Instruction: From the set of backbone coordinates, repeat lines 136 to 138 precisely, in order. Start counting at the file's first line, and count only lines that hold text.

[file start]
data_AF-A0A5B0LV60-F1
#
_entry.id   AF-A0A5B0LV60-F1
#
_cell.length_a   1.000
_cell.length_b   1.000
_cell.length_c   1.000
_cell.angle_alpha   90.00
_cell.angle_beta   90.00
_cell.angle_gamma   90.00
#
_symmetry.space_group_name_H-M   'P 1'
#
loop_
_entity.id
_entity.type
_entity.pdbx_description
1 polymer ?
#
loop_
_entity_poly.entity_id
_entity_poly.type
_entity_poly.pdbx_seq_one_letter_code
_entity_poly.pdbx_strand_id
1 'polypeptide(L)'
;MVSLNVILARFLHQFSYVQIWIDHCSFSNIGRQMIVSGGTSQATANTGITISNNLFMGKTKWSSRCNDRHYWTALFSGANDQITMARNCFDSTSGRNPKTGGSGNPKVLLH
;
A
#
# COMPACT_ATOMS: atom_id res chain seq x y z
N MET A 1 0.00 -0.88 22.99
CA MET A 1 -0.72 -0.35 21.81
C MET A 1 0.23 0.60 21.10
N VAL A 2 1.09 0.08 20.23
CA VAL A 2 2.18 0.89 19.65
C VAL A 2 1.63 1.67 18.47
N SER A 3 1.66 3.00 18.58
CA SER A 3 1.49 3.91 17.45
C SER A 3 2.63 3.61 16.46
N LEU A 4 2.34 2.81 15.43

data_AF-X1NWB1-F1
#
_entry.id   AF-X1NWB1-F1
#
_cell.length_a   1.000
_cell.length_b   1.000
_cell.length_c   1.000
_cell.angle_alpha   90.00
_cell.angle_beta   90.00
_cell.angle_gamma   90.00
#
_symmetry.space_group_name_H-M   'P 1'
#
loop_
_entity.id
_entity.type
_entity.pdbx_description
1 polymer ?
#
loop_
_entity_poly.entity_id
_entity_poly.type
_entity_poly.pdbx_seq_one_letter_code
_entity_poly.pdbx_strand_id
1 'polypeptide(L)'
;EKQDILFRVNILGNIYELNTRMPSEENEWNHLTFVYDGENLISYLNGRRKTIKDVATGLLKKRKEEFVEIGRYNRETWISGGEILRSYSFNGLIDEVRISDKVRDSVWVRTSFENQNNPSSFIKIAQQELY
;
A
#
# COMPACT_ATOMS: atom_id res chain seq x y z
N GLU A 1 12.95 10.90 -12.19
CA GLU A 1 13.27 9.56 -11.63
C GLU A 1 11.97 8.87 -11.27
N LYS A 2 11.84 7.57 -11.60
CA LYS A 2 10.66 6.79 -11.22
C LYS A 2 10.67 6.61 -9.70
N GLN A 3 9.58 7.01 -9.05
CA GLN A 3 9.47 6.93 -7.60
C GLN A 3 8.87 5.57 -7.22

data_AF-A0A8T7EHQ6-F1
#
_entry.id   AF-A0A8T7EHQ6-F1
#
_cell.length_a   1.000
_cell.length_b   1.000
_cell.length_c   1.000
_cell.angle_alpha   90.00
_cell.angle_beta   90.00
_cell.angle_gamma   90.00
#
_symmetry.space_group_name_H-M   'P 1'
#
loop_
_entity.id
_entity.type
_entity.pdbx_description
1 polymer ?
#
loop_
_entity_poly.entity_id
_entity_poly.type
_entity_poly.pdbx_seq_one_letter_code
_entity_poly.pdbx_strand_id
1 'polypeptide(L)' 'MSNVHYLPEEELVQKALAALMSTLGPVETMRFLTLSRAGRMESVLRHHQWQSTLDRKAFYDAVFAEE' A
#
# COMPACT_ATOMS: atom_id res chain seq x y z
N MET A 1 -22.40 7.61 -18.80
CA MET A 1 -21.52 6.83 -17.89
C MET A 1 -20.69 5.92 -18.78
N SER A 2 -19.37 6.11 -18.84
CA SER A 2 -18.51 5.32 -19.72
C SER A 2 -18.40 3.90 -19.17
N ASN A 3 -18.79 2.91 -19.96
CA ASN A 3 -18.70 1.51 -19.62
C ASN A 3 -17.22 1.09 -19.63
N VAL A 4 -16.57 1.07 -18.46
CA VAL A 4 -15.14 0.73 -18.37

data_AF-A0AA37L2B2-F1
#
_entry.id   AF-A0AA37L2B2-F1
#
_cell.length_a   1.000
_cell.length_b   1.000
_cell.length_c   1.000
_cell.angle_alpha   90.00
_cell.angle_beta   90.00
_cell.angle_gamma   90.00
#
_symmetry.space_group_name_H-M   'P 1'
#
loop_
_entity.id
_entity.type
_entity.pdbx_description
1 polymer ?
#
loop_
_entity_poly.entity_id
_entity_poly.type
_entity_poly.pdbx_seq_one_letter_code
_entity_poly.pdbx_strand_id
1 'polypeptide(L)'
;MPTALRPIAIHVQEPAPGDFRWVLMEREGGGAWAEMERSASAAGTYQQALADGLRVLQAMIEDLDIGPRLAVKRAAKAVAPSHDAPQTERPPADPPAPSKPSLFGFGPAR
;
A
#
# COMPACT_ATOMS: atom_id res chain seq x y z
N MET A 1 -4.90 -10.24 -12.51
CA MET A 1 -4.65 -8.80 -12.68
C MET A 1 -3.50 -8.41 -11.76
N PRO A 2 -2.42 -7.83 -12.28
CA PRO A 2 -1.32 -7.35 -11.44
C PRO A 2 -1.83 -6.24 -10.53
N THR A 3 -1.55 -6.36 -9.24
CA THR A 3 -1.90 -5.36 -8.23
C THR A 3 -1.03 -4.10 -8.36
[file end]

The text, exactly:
#
loop_
_entity_poly.entity_id